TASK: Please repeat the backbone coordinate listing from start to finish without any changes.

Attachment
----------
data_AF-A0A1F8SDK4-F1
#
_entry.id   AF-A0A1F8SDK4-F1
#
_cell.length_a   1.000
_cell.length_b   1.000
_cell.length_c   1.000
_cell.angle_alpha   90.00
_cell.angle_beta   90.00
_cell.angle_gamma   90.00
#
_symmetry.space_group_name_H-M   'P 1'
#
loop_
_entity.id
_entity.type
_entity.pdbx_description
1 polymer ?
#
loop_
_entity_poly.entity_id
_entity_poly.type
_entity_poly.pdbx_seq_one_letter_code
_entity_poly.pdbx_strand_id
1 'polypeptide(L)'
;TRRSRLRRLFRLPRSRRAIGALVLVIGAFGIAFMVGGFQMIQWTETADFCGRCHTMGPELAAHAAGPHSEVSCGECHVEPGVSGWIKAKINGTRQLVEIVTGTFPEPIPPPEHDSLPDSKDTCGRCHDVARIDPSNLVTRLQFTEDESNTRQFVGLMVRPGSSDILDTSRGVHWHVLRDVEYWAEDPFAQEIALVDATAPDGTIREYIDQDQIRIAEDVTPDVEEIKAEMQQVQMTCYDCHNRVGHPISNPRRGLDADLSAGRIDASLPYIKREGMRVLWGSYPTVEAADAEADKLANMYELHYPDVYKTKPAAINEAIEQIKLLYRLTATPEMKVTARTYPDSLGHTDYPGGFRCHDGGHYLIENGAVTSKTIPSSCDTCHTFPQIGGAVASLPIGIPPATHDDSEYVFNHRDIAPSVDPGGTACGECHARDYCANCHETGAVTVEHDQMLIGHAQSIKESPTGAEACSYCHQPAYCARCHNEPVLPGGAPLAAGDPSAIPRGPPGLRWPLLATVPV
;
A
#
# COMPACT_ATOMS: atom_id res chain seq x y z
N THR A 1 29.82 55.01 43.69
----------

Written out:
data_AF-A0A1F8SDK4-F1
#
_entry.id   AF-A0A1F8SDK4-F1
#
_cell.length_a   1.000
_cell.length_b   1.000
_cell.length_c   1.000
_cell.angle_alpha   90.00
_cell.angle_beta   90.00
_cell.angle_gamma   90.00
#
_symmetry.space_group_name_H-M   'P 1'
#
loop_
_entity.id
_entity.type
_entity.pdbx_description
1 polymer ?
#
loop_
_entity_poly.entity_id
_entity_poly.type
_entity_poly.pdbx_seq_one_letter_code
_entity_poly.pdbx_strand_id
1 'polypeptide(L)'
;TRRSRLRRLFRLPRSRRAIGALVLVIGAFGIAFMVGGFQMIQWTETADFCGRCHTMGPELAAHAAGPHSEVSCGECHVEPGVSGWIKAKINGTRQLVEIVTGTFPEPIPPPEHDSLPDSKDTCGRCHDVARIDPSNLVTRLQFTEDESNTRQFVGLMVRPGSSDILDTSRGVHWHVLRDVEYWAEDPFAQEIALVDATAPDGTIREYIDQDQIRIAEDVTPDVEEIKAEMQQVQMTCYDCHNRVGHPISNPRRGLDADLSAGRIDASLPYIKREGMRVLWGSYPTVEAADAEADKLANMYELHYPDVYKTKPAAINEAIEQIKLLYRLTATPEMKVTARTYPDSLGHTDYPGGFRCHDGGHYLIENGAVTSKTIPSSCDTCHTFPQIGGAVASLPIGIPPATHDDSEYVFNHRDIAPSVDPGGTACGECHARDYCANCHETGAVTVEHDQMLIGHAQSIKESPTGAEACSYCHQPAYCARCHNEPVLPGGAPLAAGDPSAIPRGPPGLRWPLLATVPV
;
A
#
# COMPACT_ATOMS: atom_id res chain seq x y z
N THR A 1 29.82 55.01 43.69